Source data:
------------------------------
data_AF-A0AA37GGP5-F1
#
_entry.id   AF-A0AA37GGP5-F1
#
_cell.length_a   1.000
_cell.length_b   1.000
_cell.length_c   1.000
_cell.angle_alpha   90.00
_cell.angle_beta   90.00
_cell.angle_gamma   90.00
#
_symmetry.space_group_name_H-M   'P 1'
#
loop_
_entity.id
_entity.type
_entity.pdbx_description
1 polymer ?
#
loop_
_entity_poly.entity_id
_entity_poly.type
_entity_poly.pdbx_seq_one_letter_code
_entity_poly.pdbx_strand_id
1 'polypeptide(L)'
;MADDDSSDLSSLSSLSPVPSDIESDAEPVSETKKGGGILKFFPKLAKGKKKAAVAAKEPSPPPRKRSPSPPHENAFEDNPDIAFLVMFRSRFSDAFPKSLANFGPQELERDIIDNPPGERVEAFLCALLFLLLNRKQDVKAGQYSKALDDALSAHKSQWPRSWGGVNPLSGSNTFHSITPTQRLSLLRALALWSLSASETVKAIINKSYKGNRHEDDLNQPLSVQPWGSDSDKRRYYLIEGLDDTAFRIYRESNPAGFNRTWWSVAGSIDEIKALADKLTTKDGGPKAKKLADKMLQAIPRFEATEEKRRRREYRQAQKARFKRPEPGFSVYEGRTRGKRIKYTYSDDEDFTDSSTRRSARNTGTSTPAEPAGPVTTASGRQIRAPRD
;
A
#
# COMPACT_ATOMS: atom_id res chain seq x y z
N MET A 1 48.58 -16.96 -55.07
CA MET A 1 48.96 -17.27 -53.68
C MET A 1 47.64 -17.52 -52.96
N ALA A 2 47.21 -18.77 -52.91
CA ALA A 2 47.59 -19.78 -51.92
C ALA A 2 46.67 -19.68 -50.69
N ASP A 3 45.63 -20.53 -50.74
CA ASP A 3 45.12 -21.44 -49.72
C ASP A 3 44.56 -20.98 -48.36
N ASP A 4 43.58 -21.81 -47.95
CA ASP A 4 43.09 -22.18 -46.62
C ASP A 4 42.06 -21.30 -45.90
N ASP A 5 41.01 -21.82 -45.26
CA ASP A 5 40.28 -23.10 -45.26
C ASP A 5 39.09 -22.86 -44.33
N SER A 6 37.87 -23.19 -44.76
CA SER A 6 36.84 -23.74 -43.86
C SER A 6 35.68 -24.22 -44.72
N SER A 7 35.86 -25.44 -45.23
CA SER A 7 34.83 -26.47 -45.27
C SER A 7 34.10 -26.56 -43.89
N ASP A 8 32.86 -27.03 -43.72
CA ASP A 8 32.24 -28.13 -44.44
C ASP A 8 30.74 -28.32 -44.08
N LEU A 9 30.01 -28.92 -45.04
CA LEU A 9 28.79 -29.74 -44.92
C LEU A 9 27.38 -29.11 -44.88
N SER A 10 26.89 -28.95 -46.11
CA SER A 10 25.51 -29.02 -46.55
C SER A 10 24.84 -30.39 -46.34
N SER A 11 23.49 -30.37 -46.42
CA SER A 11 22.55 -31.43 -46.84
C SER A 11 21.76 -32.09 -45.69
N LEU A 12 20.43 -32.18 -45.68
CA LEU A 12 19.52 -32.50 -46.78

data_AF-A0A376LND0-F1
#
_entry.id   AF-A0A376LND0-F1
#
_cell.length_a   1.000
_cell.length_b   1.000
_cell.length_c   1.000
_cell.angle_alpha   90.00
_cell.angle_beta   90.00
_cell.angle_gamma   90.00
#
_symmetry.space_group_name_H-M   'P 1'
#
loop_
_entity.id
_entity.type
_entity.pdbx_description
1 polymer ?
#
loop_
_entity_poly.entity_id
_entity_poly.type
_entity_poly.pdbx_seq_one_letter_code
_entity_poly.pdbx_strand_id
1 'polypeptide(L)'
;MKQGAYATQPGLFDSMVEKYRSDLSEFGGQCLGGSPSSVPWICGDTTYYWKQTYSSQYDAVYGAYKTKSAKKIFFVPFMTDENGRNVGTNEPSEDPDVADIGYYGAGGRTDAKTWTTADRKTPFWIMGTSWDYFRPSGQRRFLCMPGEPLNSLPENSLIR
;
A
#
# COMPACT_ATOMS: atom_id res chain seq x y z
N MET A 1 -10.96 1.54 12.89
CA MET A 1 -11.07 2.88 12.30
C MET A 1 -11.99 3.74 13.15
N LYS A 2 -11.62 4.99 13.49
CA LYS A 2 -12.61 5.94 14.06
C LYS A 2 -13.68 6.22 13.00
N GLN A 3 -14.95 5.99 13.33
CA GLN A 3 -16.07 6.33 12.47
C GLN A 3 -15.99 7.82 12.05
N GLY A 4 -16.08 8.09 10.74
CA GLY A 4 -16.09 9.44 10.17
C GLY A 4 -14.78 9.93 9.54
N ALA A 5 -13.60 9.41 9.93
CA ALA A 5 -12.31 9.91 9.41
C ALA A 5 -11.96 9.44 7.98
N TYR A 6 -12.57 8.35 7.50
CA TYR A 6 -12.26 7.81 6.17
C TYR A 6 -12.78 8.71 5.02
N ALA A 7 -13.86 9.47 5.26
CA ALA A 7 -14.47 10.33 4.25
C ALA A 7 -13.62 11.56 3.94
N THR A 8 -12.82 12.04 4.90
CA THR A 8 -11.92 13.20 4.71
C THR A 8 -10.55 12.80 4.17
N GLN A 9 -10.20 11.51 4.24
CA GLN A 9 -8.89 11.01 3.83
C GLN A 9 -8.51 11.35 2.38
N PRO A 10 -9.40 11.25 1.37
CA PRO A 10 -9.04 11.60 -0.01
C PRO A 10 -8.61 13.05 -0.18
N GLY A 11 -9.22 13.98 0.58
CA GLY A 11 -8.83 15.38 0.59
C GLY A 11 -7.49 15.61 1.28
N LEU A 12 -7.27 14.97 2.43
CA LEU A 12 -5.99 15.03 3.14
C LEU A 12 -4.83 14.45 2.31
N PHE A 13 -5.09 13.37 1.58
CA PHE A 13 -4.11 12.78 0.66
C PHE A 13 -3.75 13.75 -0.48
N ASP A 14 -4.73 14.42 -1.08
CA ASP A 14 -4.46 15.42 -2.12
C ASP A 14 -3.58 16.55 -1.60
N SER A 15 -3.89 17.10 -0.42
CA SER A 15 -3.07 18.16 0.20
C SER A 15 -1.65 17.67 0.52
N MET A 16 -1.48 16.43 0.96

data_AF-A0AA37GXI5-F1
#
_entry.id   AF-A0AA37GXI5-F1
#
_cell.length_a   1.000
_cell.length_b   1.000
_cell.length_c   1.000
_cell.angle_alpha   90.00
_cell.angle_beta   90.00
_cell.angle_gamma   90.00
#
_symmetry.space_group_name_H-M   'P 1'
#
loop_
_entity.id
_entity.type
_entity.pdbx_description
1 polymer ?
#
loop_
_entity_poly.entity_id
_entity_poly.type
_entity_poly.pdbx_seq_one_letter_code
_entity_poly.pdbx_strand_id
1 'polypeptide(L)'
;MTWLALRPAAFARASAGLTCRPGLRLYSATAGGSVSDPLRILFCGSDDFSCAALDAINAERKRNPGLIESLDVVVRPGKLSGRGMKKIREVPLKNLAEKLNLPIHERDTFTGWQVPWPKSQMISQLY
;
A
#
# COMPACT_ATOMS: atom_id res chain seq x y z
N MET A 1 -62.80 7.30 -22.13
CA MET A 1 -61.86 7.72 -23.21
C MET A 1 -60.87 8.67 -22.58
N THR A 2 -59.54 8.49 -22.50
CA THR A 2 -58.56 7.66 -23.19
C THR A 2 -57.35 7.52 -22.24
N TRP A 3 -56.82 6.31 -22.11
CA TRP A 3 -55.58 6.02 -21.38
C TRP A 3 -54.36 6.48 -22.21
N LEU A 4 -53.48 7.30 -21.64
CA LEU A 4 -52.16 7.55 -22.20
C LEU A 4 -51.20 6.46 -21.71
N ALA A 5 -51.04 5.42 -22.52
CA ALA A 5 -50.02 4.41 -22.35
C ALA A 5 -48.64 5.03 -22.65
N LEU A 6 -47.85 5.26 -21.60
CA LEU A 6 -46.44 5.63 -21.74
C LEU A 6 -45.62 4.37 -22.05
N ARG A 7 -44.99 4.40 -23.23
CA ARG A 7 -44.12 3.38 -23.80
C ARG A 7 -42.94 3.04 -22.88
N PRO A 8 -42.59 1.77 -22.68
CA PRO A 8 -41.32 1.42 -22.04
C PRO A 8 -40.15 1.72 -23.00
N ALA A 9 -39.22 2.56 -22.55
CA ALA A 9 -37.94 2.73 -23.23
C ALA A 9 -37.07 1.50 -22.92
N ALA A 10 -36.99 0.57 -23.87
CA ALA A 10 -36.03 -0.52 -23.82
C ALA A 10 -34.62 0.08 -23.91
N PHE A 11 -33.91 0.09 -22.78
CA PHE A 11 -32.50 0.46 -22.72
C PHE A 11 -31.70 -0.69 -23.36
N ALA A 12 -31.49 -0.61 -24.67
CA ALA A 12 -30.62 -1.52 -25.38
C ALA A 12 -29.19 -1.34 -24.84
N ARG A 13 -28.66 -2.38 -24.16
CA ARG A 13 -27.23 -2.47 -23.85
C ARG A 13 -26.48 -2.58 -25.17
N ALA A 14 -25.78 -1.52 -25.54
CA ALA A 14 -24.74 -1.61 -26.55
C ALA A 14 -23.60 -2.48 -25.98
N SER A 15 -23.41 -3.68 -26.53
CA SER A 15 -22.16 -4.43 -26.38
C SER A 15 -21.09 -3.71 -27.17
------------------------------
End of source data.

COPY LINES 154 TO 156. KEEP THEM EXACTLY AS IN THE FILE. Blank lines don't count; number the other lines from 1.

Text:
#
loop_
_entity.id